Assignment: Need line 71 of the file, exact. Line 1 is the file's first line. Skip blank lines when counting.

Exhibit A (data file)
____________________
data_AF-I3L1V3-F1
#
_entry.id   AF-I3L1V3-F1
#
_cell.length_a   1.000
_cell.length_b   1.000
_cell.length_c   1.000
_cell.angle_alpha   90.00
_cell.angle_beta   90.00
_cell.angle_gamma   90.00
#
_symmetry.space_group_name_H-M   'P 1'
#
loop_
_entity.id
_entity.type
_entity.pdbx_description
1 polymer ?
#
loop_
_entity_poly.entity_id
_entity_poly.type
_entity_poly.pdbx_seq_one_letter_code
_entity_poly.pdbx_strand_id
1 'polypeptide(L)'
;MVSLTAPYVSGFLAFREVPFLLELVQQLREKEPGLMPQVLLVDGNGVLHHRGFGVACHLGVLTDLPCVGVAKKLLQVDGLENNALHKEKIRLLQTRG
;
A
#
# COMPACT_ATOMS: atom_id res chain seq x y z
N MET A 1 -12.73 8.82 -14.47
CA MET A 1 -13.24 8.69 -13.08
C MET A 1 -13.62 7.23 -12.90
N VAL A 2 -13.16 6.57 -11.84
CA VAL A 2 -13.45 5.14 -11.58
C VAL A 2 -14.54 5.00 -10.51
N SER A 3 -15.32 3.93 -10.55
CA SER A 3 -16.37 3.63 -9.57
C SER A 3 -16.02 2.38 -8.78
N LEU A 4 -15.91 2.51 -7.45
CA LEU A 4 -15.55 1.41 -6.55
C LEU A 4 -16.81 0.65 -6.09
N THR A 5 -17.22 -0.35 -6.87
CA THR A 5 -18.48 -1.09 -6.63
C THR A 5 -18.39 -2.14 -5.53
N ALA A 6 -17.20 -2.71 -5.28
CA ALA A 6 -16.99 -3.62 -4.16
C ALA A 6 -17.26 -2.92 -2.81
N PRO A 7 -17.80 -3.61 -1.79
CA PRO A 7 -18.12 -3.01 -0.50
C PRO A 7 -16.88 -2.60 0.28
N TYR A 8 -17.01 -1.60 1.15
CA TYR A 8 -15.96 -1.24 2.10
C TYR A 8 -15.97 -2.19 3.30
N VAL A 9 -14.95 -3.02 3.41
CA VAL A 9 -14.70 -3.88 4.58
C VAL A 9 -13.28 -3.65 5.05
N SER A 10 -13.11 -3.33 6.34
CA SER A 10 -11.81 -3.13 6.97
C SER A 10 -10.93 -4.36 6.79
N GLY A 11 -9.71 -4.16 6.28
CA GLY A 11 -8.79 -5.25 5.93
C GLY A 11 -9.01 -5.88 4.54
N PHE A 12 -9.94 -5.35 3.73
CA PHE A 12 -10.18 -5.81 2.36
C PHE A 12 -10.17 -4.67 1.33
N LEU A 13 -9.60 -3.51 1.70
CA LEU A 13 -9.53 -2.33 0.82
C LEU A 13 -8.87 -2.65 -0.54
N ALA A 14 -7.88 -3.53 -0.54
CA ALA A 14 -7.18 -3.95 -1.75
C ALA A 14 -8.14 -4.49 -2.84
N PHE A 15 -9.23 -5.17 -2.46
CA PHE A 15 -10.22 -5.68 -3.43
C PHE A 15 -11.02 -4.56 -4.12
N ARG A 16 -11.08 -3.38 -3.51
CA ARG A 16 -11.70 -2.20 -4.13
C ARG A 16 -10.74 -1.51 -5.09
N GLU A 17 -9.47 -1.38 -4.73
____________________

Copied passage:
CA ALA A 14 -7.18 -3.95 -1.75